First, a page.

Innovations and actor-networks in Viking Age towns
Innovations in culture or technology are moments, which offer extraordinary insights into the working of societies. The ways in which new practices or things are adopted by groups or individuals, or encounter resistance or rejection from the same, trace a section through the social topography of communities and their life world. Transcending technology, cultural dispositions and social relations, the study of innovations invites an actor-networks approach, which considers the heterogeneous nature of human-material relations. The archaeological record is potentially a rich source of evidence on innovations. Mostly, however, the time-resolution of archaeological data is too coarse-grained to allow us to grasp this potential to the full. In the period c. AD 790-850 a distinctly new artistic motif, the Gripping Beast, emerged in Scandinavia. A series of narrowly dated contexts provide anchor points, which allows us to chart this innovation process and to point out some of the locations where this development took place; the reception of the mew motif is traced in grave finds across Scandinavia. This allows us to follow an early medieval innovation through the human-material interactions of an actor-network.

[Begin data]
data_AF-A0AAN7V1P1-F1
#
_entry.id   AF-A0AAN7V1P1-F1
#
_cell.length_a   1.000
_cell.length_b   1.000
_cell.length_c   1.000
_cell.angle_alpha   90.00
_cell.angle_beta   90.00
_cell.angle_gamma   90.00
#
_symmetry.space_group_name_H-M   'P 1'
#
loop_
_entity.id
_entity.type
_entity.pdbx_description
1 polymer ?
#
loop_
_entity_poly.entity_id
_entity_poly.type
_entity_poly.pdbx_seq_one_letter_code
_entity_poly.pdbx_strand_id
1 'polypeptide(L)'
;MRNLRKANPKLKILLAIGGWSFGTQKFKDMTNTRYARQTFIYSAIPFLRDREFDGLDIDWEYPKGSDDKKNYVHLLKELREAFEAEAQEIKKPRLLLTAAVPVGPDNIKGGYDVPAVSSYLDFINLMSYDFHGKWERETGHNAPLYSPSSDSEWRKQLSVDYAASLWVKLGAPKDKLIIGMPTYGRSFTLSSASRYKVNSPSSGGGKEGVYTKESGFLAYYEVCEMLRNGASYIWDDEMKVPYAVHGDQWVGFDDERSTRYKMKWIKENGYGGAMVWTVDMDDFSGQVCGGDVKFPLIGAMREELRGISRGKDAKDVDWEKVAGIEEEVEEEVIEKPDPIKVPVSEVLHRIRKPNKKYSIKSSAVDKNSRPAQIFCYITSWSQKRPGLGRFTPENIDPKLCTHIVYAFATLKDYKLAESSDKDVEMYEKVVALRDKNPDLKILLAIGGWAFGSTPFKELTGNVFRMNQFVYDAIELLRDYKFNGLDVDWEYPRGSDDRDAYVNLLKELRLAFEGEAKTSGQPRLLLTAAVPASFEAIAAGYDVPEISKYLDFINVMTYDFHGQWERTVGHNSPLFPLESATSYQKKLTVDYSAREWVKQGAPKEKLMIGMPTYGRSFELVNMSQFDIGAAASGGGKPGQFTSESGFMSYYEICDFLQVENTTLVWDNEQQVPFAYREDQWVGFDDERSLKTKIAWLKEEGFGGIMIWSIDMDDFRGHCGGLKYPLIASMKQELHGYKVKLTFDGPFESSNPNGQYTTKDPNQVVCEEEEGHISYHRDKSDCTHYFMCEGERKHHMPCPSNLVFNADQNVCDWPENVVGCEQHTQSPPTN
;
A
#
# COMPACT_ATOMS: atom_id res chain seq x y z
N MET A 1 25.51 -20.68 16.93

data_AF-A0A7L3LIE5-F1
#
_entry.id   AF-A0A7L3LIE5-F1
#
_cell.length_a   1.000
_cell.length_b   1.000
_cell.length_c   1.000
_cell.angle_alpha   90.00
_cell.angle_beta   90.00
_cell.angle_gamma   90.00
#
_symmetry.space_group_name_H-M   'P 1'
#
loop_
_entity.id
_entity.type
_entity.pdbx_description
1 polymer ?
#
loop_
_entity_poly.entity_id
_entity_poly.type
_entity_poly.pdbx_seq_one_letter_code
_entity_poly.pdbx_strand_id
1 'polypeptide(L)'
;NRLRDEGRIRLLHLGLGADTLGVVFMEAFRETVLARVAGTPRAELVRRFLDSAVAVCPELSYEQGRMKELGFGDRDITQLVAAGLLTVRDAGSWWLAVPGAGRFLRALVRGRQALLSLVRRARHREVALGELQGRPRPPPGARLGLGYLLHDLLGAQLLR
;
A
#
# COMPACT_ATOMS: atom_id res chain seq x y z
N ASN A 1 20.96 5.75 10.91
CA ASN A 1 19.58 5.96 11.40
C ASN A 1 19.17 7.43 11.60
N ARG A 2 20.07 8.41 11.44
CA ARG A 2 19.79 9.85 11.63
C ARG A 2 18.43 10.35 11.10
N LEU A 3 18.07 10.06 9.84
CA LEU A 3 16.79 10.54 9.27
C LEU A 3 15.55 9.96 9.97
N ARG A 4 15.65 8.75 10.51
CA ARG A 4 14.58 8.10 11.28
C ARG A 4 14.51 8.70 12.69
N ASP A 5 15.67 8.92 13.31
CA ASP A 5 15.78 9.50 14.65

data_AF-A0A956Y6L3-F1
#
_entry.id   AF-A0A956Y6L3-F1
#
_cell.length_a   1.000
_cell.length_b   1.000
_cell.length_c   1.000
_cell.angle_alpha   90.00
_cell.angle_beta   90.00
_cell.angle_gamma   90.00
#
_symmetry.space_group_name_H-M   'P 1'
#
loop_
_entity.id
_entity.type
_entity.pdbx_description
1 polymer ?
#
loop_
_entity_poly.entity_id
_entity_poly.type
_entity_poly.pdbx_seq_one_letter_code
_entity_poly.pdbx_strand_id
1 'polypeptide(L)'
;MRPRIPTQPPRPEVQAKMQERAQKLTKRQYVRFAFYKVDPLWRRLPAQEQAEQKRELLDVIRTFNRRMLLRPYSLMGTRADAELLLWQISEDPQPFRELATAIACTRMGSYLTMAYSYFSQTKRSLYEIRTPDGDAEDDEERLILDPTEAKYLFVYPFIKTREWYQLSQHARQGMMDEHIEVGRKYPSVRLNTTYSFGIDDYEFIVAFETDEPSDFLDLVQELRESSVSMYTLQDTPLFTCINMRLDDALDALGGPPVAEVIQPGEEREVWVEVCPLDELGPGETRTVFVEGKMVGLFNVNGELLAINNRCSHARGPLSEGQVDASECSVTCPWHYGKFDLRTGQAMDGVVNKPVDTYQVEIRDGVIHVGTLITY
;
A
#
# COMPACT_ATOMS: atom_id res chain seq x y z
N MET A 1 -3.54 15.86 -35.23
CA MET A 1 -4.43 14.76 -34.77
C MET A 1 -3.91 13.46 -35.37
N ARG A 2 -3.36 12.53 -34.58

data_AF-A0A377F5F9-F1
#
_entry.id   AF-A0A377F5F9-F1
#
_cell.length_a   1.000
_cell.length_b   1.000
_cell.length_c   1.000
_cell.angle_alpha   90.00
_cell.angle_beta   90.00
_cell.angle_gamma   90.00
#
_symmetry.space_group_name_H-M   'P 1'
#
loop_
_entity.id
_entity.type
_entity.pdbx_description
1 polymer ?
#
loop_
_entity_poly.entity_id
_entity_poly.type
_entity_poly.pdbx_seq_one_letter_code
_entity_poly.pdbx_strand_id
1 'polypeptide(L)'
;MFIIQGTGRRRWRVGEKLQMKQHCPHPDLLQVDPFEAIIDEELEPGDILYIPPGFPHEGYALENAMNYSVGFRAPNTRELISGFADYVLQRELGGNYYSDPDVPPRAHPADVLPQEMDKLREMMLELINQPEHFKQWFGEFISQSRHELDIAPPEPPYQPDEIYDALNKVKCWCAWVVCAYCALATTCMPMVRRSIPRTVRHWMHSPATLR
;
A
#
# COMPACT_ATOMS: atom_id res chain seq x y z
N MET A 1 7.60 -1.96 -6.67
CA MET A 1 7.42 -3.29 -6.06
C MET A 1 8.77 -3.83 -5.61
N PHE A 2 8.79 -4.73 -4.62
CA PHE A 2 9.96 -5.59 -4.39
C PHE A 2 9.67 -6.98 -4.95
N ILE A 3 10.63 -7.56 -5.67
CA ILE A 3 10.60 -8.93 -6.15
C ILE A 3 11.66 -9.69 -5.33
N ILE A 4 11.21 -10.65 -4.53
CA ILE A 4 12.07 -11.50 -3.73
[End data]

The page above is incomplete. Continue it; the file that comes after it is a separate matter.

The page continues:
Bar International Series: Proceedings of the 10th Nordic Tag Conference at Stiklestad, Norway 2009, 2012, p. 129-135